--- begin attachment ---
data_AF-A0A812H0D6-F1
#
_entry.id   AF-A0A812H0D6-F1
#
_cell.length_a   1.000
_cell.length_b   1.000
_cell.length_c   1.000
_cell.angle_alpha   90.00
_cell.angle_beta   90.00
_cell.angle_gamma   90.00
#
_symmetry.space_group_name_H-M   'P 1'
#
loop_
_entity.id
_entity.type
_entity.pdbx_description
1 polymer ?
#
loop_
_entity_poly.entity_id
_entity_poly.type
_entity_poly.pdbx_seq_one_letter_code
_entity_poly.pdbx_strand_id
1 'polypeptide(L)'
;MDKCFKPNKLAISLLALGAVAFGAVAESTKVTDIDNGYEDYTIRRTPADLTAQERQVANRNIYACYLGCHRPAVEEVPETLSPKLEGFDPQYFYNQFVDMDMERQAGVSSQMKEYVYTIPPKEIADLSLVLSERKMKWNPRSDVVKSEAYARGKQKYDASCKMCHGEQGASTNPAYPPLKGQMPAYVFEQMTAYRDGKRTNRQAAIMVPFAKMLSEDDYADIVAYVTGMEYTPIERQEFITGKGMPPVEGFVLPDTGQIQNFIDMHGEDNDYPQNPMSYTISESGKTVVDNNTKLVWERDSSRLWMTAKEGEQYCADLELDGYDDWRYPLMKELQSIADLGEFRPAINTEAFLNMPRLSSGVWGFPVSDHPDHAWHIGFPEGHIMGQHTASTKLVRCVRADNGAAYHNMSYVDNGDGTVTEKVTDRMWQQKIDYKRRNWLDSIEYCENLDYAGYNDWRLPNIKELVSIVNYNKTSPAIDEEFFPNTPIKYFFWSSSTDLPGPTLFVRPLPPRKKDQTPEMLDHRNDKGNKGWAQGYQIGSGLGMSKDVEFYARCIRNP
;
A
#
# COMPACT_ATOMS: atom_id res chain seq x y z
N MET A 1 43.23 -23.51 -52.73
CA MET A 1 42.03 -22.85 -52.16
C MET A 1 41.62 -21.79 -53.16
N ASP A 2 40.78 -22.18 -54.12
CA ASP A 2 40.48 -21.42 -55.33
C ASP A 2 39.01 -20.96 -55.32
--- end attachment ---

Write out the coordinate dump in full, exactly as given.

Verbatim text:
data_AF-A0A812H0D6-F1
#
_entry.id   AF-A0A812H0D6-F1
#
_cell.length_a   1.000
_cell.length_b   1.000
_cell.length_c   1.000
_cell.angle_alpha   90.00
_cell.angle_beta   90.00
_cell.angle_gamma   90.00
#
_symmetry.space_group_name_H-M   'P 1'
#
loop_
_entity.id
_entity.type
_entity.pdbx_description
1 polymer ?
#
loop_
_entity_poly.entity_id
_entity_poly.type
_entity_poly.pdbx_seq_one_letter_code
_entity_poly.pdbx_strand_id
1 'polypeptide(L)'
;MDKCFKPNKLAISLLALGAVAFGAVAESTKVTDIDNGYEDYTIRRTPADLTAQERQVANRNIYACYLGCHRPAVEEVPETLSPKLEGFDPQYFYNQFVDMDMERQAGVSSQMKEYVYTIPPKEIADLSLVLSERKMKWNPRSDVVKSEAYARGKQKYDASCKMCHGEQGASTNPAYPPLKGQMPAYVFEQMTAYRDGKRTNRQAAIMVPFAKMLSEDDYADIVAYVTGMEYTPIERQEFITGKGMPPVEGFVLPDTGQIQNFIDMHGEDNDYPQNPMSYTISESGKTVVDNNTKLVWERDSSRLWMTAKEGEQYCADLELDGYDDWRYPLMKELQSIADLGEFRPAINTEAFLNMPRLSSGVWGFPVSDHPDHAWHIGFPEGHIMGQHTASTKLVRCVRADNGAAYHNMSYVDNGDGTVTEKVTDRMWQQKIDYKRRNWLDSIEYCENLDYAGYNDWRLPNIKELVSIVNYNKTSPAIDEEFFPNTPIKYFFWSSSTDLPGPTLFVRPLPPRKKDQTPEMLDHRNDKGNKGWAQGYQIGSGLGMSKDVEFYARCIRNP
;
A
#
# COMPACT_ATOMS: atom_id res chain seq x y z
N MET A 1 43.23 -23.51 -52.73
CA MET A 1 42.03 -22.85 -52.16
C MET A 1 41.62 -21.79 -53.16
N ASP A 2 40.78 -22.18 -54.12
CA ASP A 2 40.48 -21.42 -55.33
C ASP A 2 39.01 -20.96 -55.32